brief, she argued that her "social group consists of members
of her ultra traditional patriarchal family. [Petitioner] is a
member of this social group by birth. The fundamental char-
acteristic shared by the members of this social group is that
all of its members belong to Mr. Aguirre's family. This is a
`distinct and recognizable' group of people that are distin-
guished from the rest of the population by their membership
in the `Aguirre family.' " The brief describes the members of
the group as the petitioner's "immediate family members."
This clearly raised the argument that the petitioner's particular
social group consisted of her immediate family.

We conclude the petitioner exhausted her administrative
remedies as to her family group claim, and we have jurisdic-
tion to adjudicate that claim. See Urbina-Osejo v. INS, 124
F.3d 1314, 1317 (9th Cir. 1997) (holding that the petitioner
raised an issue before the BIA and thereby preserved it for
judicial review by introducing evidence of it in her declara-
tion, which was not challenged by the INS).

B. A Family as a Particular Social Group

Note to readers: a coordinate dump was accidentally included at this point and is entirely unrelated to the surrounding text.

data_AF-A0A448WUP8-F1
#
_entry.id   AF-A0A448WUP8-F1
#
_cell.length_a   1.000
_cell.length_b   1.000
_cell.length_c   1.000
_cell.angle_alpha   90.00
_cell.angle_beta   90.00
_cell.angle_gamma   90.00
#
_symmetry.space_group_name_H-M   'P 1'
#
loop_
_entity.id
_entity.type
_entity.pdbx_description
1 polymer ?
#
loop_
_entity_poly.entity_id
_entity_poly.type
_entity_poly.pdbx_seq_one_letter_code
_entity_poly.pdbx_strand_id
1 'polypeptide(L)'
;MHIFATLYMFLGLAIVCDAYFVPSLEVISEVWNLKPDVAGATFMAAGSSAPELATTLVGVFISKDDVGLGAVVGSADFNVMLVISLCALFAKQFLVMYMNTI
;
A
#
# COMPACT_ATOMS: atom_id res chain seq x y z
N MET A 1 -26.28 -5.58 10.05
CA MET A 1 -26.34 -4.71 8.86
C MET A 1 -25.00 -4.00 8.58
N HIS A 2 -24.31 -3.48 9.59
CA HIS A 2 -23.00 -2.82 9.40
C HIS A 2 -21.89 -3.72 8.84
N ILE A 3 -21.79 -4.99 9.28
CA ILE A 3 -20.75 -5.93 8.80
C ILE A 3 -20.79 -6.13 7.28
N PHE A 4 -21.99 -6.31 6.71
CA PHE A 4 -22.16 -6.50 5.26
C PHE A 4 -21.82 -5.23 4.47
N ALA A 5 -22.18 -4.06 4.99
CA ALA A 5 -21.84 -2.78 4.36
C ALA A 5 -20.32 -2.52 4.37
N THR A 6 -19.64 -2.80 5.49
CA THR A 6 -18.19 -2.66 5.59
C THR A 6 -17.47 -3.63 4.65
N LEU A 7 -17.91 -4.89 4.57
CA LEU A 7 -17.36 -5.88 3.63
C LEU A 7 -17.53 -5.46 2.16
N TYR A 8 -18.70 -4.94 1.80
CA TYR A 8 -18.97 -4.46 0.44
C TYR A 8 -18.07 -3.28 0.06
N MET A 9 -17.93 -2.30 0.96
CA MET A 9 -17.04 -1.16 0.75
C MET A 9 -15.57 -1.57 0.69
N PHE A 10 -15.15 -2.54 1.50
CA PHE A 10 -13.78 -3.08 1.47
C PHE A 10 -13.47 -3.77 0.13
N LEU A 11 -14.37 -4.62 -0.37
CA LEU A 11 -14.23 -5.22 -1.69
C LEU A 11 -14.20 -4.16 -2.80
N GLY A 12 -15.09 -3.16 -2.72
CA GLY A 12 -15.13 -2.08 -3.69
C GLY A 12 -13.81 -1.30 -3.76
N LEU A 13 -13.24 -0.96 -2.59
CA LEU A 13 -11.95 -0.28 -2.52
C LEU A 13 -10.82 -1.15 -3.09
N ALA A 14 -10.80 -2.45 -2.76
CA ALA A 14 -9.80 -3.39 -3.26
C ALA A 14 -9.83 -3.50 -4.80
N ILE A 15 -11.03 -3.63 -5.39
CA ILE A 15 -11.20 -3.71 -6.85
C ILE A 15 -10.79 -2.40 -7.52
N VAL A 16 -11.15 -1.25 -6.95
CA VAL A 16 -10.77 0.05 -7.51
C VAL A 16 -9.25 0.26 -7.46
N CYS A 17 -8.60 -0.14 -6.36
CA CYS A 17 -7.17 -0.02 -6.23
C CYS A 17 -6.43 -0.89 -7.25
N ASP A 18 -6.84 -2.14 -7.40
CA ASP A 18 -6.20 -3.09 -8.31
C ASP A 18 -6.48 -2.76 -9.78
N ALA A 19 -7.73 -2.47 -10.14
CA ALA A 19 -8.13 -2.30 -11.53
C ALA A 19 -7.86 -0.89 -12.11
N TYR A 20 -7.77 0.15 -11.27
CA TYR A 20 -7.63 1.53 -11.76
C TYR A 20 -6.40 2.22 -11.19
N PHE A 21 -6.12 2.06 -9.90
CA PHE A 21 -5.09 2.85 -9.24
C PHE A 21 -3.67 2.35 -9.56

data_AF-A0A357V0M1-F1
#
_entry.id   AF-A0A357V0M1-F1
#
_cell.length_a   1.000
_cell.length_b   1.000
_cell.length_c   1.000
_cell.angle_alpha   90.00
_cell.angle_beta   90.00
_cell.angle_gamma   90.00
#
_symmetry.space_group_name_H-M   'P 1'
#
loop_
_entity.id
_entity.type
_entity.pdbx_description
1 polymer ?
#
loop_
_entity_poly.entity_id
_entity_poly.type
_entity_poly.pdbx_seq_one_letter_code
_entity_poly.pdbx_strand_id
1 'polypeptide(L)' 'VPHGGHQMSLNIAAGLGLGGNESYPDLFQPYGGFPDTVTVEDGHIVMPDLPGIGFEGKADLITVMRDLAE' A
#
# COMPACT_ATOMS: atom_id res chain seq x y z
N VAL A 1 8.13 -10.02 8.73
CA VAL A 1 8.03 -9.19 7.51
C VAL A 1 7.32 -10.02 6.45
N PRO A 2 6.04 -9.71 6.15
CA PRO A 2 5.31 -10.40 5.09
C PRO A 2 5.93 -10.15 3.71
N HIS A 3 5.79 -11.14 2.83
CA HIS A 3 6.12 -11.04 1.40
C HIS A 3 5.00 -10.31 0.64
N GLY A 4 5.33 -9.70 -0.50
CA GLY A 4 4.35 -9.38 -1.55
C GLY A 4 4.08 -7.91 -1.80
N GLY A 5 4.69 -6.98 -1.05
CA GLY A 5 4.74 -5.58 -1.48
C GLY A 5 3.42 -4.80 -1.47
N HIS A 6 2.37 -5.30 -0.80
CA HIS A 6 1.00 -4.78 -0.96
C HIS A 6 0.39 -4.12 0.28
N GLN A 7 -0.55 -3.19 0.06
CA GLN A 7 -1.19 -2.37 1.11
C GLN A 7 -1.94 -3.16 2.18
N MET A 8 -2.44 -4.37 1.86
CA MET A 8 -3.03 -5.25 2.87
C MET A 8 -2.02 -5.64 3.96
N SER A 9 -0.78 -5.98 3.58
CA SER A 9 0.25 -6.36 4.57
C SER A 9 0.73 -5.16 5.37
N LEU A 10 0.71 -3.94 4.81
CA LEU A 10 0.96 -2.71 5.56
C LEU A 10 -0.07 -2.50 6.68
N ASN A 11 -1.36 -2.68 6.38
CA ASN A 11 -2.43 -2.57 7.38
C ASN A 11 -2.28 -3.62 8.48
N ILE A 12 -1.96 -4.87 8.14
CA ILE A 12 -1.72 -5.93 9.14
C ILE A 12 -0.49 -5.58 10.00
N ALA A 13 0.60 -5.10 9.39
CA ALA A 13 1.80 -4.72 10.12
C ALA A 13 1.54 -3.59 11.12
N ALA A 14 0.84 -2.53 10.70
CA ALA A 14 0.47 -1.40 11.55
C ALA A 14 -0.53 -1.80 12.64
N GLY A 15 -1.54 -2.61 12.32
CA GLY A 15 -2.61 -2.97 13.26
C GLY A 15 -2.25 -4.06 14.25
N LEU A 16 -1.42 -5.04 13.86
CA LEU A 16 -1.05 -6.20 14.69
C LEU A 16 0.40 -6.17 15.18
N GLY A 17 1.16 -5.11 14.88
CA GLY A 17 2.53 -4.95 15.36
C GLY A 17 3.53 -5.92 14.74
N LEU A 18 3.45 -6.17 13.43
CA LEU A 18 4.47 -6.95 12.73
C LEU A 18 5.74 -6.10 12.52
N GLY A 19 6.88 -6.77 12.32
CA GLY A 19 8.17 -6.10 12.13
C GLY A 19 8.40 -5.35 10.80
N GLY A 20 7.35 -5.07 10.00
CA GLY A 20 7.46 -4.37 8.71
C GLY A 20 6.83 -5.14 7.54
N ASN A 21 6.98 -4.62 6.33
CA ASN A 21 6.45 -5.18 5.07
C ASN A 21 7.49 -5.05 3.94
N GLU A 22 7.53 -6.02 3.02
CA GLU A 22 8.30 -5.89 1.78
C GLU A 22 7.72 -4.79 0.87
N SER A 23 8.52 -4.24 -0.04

[1] To be eligible for asylum, an applicant must establish
that she is a refugee. A refugee is a person "who is unable or
unwilling to return to, and is unable or unwilling to avail him-
self or herself of the protection of," his or her country of
nationality "because of persecution or a well-founded fear of
persecution on account of race, religion, nationality, member-
ship in a particular social group, or political opinion." 8
U.S.C. S 1101(a)(42)(A) (1994 Supp. V).

We have defined a "particular social group" as

      a collection of people closely affiliated with each
      other, who are actuated by some common impulse or
      interest. Of central concern is the existence of a vol-
      untary associational relationship among the pur-
      ported members, which imparts some common
      characteristic that is fundamental to their identity as
      a member of that discrete social group.

       Perhaps a prototypical example of a "particular
      social group" would consist of the immediate mem-
      bers of a certain family, the family being a focus of
      fundamental affiliational concerns and common
      interests for most people.

Sanchez-Trujillo v. INS, 801 F.2d 1571, 1576 (9th Cir. 1986)
(emphasis added).

While our statement in Sanchez-Trujillo that the family is
a prototypical example of a particular social group was not
essential to the holding, we have confirmed the Sanchez-
Trujillo formulation in subsequent cases. For example, in
Hernandez-Montiel v. INS, 225 F.3d 1084, 1091 (9th Cir.
2000), in which the particular social group was "made up of
gay men with female sexual identities," we held that a partic-
ular social group "is one united by a voluntary association,